State 2nd Amendment Preservation Acts

by | Jun 15, 2021

As of June 15, 2021 5 states have express prohibitions on the enforcement of federal gun control – current, and/or future. A number of other states have similar legislation, but with potentially large loopholes that will allow all enforcement to continue. And laws have claimed to create a 2nd Amendment “Sanctuary” for the state while banning enforcement of absolutely nothing.

States with express prohibitions on enforcement

Arizona HB2111 bans the state from participating in the enforcement of any federal gun control measure – past, present or future – that doesn’t exist in the laws of the state. Learn more here.

Missouri HB85 bans any entity or person, including any public officer or employee of the state and its political subdivisions, from enforcing any past, present or future federal “acts, laws, executive orders, administrative orders, court orders, rules, regulations, statutes, or ordinances” that infringe on the right to keep and bear arms – and includes a wide range of acts defined as such. The law also includes a number of possible sanctions for violations of the act by individuals and local agencies. Learn more here

Texas HB957 repeals Texas code criminalizing owning a firearm “silencer,” more accurately referred to as a sound “suppressor” – outside of Federal regulations. It also bans the state from enforcing any federal restrictions on suppressors that don’t exist under the laws of the state.  Learn more here.

Idaho S1205 builds upon a 2014 act to add prohibitions on enforcement of any federal gun control measure – from 2021 and forward – that would be counter to the protections for the right to keep and bear arms in the state constitution. Learn more here.

Montana HB258 prohibits police officers, state employees, and employees of any political subdivision of the state from enforcing, assisting in the enforcement of, or otherwise cooperating in the enforcement of any new “federal ban” on firearms, magazines, or ammunition. HB258 broadly defines “federal ban” as “a federal law, executive order, rule, regulation that is enacted, adopted, or becomes effective on or after January 1, 2021, or a new and more restrictive interpretation of an existing  law that existed on January 1, 2021, that infringes upon, calls in question, or prohibits, restricts, or requires individual licensure for or registration of the purchase, ownership, possession, transfer, or use of any firearm, any magazine or other ammunition feeding device, or other firearm accessory.” Learn more here

State Laws with Loopholes or Further Action Needed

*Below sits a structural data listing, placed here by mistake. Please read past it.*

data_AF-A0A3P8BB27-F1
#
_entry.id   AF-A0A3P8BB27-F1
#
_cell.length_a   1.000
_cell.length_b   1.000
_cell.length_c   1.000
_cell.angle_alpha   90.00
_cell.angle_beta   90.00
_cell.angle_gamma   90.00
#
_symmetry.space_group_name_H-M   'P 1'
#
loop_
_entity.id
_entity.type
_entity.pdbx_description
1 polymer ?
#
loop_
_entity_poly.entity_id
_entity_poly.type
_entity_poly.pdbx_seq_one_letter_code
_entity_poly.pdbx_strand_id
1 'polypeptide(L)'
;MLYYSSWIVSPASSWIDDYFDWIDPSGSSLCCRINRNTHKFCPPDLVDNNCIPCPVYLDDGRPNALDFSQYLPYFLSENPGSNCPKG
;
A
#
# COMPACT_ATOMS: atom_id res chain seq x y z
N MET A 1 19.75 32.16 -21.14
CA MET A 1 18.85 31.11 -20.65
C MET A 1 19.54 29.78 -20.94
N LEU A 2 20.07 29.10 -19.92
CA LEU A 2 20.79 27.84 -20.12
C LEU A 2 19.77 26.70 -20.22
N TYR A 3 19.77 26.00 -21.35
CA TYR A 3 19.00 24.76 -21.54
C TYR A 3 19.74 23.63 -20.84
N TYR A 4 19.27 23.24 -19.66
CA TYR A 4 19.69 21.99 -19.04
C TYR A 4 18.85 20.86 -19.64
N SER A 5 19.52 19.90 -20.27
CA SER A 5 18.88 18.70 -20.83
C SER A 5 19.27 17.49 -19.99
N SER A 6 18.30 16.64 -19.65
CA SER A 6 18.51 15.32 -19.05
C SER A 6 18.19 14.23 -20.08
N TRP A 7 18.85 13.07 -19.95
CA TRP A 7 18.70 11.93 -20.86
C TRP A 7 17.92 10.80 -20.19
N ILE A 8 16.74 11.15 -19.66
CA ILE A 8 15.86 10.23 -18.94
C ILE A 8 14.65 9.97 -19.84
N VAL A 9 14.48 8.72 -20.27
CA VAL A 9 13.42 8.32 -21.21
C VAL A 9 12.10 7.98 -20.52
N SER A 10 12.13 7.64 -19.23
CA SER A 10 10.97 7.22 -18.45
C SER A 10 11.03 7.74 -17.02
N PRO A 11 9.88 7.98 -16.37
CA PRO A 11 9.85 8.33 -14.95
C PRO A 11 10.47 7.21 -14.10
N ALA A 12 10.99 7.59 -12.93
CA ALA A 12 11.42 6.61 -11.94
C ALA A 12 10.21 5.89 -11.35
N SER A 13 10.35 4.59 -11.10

North Dakota HB1383 effectively bars state enforcement of future federal gun control that is more restrictive than state law, but the law includes language that could be a pretty significant loophole. State or local agents can cooperate with the enforcement of banned future federal gun control if a federal court finds probable cause that “a national security threat exists.” It also gives law enforcement plenty of wiggle room to continue working on joint state/federal task forces when federal gun control is incidentally enforced. Learn more here

Arkansas HB1957 is extremely convoluted and could leave a loophole for law enforcement officers to continue enforcing federal gun control. It specifically bars state and local agents from enforcing acts that “conflict with Arkansas Constitution, Article 2, § 5, or any Arkansas law.” Law enforcement lobby groups are likely to promote the view that “it’s not the job of a law enforcement officer to determine what’s constitutional or not.” And in practice, that means law enforcement agents could plausibly continue helping in the enforcement of all federal gun control in Arkansas until a court tells them to do otherwise. Learn more here

South Carolina H3094 includes provisions to review any federal law, treaty, executive order, rule, or regulation “related to an individual’s right to keep and bear arms enshrined in the Second Amendment to the United States Constitution that limits or proscribes carrying concealable weapons.” The AG is required to evaluate any such federal act and issue a written opinion determining if it “purports to compel legislative or executive action.” If the Attorney General renders an opinion that the federal act purports to compel legislative or executive action related to an individual’s right to keep and bear arms enshrined in the Second Amendment to the United States Constitution that limits or proscribes carrying concealable weapons, state agencies and political subdivisions, along with their employees, will be prohibited from using personnel or public funds to enforce the federal action. Learn more here

West Virginia HB2694 bans enforcement of federal red flag laws, but leaves state and local police free to enforce virtually all other federal gun control – present and future. Learn more here

Texas HB2622 is a ban on any future federal gun control (2021 and beyond) but leaves the state free to continue enforcement under any agreements to do so currently in effect, In practice, this likely means that all future federal control will continue to be enforced by the state. Learn more here

State Laws with no Ban on Enforcement of Anything

Oklahoma SB631 claims to make the state a “Second Amendment Sanctuary,” but doesn’t ban the state from enforcing or participating in the enforcement of any federal gun measure, whatsoever. Learn more here

Tennessee SB1335 claims to make the state a “Second Amendment Sanctuary,” but also specifies that the state will only stop enforcement of any federal gun control if the state or federal supreme court tells them to stop. Read the bill here

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